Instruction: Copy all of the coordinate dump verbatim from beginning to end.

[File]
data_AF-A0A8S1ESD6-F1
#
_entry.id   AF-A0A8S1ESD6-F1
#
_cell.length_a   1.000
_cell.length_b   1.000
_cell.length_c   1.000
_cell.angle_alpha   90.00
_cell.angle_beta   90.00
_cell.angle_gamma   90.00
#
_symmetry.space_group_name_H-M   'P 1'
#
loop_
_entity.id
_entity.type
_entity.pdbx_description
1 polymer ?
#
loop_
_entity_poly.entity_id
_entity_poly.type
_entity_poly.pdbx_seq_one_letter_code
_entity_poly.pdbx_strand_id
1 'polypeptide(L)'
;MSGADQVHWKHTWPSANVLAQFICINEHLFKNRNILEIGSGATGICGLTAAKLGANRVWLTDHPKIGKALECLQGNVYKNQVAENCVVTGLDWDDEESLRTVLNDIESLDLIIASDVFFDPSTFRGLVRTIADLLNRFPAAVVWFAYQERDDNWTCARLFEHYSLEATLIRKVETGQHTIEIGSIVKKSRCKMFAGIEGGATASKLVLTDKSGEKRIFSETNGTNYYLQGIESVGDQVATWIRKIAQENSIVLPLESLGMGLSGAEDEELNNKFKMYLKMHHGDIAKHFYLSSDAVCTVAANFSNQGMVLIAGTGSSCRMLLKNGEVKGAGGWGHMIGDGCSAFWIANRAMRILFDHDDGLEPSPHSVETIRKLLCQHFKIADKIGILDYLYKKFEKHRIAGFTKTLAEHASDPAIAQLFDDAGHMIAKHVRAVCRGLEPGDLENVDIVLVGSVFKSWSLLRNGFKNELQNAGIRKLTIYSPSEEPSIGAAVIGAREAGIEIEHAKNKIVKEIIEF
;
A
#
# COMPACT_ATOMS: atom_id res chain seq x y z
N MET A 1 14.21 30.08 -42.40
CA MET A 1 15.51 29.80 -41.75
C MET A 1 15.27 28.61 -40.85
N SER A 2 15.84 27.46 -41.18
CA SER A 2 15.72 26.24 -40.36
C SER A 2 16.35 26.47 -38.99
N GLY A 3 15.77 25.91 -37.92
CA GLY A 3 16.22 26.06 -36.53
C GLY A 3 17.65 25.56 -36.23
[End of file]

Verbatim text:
data_AF-A0A8S1ESD6-F1
#
_entry.id   AF-A0A8S1ESD6-F1
#
_cell.length_a   1.000
_cell.length_b   1.000
_cell.length_c   1.000
_cell.angle_alpha   90.00
_cell.angle_beta   90.00
_cell.angle_gamma   90.00
#
_symmetry.space_group_name_H-M   'P 1'
#
loop_
_entity.id
_entity.type
_entity.pdbx_description
1 polymer ?
#
loop_
_entity_poly.entity_id
_entity_poly.type
_entity_poly.pdbx_seq_one_letter_code
_entity_poly.pdbx_strand_id
1 'polypeptide(L)'
;MSGADQVHWKHTWPSANVLAQFICINEHLFKNRNILEIGSGATGICGLTAAKLGANRVWLTDHPKIGKALECLQGNVYKNQVAENCVVTGLDWDDEESLRTVLNDIESLDLIIASDVFFDPSTFRGLVRTIADLLNRFPAAVVWFAYQERDDNWTCARLFEHYSLEATLIRKVETGQHTIEIGSIVKKSRCKMFAGIEGGATASKLVLTDKSGEKRIFSETNGTNYYLQGIESVGDQVATWIRKIAQENSIVLPLESLGMGLSGAEDEELNNKFKMYLKMHHGDIAKHFYLSSDAVCTVAANFSNQGMVLIAGTGSSCRMLLKNGEVKGAGGWGHMIGDGCSAFWIANRAMRILFDHDDGLEPSPHSVETIRKLLCQHFKIADKIGILDYLYKKFEKHRIAGFTKTLAEHASDPAIAQLFDDAGHMIAKHVRAVCRGLEPGDLENVDIVLVGSVFKSWSLLRNGFKNELQNAGIRKLTIYSPSEEPSIGAAVIGAREAGIEIEHAKNKIVKEIIEF
;
A
#
# COMPACT_ATOMS: atom_id res chain seq x y z
N MET A 1 14.21 30.08 -42.40
CA MET A 1 15.51 29.80 -41.75
C MET A 1 15.27 28.61 -40.85
N SER A 2 15.84 27.46 -41.18
CA SER A 2 15.72 26.24 -40.36
C SER A 2 16.35 26.47 -38.99
N GLY A 3 15.77 25.91 -37.92
CA GLY A 3 16.22 26.06 -36.53
C GLY A 3 17.65 25.56 -36.23